Liz Phair, whitechocolatespaceegg

In 1993, Matador Records released Exile in Guyville, the first effort from then unknown Chicagoan Liz Phair. Produced by studio master Brad Wood, the album, a supposed song-by-song response to the Rolling Stones’ Exile on Main Street, took the college radio world by storm.

Guyville became one of the seminal (or perhaps ovular) albums of the 1990s. In the predominantly male indie rock world, Phair’s unabashedly honest and wholly female lyrics shook up the music industry.

In 1994, Phair released Whip Smart, considered by many to be a sophomore slump. Her reluctance to tour to promote the album resulted in disappointing record sales. After which, with the exception of several appearances on movie soundtracks, Phair all but disappeared from the world of rock and roll. She married, moved to the suburbs and had a son.

Enter whitechocolatespaceegg, her much anticipated latest release. Rumors have circulated that Matador was unimpressed with the album’s initial effort and asked Phair to go back to the studio. She worked with Wood again, as well as with producer Scott Litt.

The Liz Phair of whitecholocate-spaceegg is a somewhat different woman from the Liz Phair of Guyville, and rightly so. All too often, rock stars attempt to stay 20 years old for their entire careers, attempting to keep up with the omnipresent teen market while also appealing to their old fans, who too wish that they were 20.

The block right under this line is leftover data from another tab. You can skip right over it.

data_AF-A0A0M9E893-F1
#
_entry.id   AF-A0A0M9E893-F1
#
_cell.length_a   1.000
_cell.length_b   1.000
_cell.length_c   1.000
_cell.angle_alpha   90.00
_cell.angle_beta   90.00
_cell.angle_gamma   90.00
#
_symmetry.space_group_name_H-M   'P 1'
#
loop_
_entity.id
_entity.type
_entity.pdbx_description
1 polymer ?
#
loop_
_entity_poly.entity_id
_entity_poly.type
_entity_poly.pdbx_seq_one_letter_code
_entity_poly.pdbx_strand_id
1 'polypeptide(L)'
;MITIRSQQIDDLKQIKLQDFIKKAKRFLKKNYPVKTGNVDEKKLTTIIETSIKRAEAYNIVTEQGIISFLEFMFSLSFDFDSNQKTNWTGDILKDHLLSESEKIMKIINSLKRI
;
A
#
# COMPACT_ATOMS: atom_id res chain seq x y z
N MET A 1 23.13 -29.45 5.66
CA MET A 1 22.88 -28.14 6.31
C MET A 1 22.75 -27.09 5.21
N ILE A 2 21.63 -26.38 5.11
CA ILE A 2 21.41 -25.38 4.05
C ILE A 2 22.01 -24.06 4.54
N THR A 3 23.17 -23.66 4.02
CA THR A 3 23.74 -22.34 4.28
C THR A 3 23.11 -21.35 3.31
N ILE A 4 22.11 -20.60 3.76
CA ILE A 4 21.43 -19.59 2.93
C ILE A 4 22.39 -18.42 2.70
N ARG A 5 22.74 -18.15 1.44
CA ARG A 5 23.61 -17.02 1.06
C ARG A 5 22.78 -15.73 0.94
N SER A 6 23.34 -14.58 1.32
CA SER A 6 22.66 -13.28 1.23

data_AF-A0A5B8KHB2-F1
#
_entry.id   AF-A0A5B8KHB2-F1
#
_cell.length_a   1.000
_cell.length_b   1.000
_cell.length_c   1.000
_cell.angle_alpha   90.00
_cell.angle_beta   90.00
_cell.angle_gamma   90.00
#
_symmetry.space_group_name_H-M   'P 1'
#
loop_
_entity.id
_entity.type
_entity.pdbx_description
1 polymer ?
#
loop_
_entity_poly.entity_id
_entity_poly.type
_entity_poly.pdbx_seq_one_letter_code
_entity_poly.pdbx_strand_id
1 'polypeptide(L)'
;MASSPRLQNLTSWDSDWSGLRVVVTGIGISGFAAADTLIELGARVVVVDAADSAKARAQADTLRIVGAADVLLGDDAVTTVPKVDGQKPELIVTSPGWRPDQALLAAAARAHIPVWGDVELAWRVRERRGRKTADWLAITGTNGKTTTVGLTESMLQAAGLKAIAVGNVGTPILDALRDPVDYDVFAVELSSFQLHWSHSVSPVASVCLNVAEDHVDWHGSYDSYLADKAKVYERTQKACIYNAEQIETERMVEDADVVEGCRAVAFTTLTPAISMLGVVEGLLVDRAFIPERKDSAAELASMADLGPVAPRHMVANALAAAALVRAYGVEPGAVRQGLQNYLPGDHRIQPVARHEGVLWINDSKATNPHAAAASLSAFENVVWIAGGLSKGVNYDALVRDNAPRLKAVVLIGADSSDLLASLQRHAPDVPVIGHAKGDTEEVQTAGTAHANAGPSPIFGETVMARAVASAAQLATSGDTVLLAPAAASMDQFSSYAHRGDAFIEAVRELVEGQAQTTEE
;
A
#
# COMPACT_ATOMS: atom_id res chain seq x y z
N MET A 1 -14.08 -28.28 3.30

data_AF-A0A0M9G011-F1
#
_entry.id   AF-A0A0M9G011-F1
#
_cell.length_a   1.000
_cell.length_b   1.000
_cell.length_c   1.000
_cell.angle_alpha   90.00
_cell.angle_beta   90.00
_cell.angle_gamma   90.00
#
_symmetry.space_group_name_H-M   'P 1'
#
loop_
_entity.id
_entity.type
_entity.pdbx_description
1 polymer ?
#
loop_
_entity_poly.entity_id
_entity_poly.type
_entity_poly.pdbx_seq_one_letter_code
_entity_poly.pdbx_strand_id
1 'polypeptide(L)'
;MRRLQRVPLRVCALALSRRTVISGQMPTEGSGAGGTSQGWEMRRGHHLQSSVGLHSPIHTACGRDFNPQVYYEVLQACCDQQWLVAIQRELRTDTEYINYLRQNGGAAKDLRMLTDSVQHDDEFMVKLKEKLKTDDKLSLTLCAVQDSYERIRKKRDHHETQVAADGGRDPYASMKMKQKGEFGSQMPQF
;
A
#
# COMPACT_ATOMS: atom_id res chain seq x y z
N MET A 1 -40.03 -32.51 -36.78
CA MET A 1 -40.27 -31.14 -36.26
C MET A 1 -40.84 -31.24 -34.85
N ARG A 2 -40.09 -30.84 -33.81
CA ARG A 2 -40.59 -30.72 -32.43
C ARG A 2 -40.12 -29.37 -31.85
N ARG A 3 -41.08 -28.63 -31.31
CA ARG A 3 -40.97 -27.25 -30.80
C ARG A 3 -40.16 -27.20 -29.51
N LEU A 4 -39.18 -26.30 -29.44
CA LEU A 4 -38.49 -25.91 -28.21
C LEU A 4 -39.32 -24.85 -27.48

The lyrics on whitechoclatespaceegg aren’t as vulgar as those on Phair’s two previous albums. However, they are still unflinchingly honest, combining Phair’s imagination with a bit of her now more mature real-life experiences. Musically, Phair stays true to her low-fi roots. The force driving most of the songs on wcse is Phair’s voice, which carries the melody over four guitar chords. Instead of the four track employed in Guyville, Phair and the producers have layered voices and experimented with different sounds.

Many of the sixteen tracks on this album are excellent. My personal favorite is the single “Polyester Bride,” which is currently being played on radio. In this song, Phair discusses a conversation with a bartender who gives her drinks for free because he’s a “sucker for [her] lucky pretty eyes.” Other standouts include “Ride,” an upbeat power pop song, the title track, “Johnny Feelgood” and “Uncle Alvarez.” The album shifts from slow, comfortable, lyric-oriented ballads with lulling background music to catchy, upbeat four to five chord songs.

For Phair’s fans, this album is a must-buy. For those who are unfamiliar with her but are fans of her Lilith Fair counterparts Sarah McLachlan and Natalie Merchant, this album is a good sampling of Phair’s music. After all, it was Phair’s groundbreaking first album that directed the male-dominated executive boards of major music labels to take a wide-range of female artists from McLachlan and Merchant to Tori Amos and Alanis Morissette seriously.

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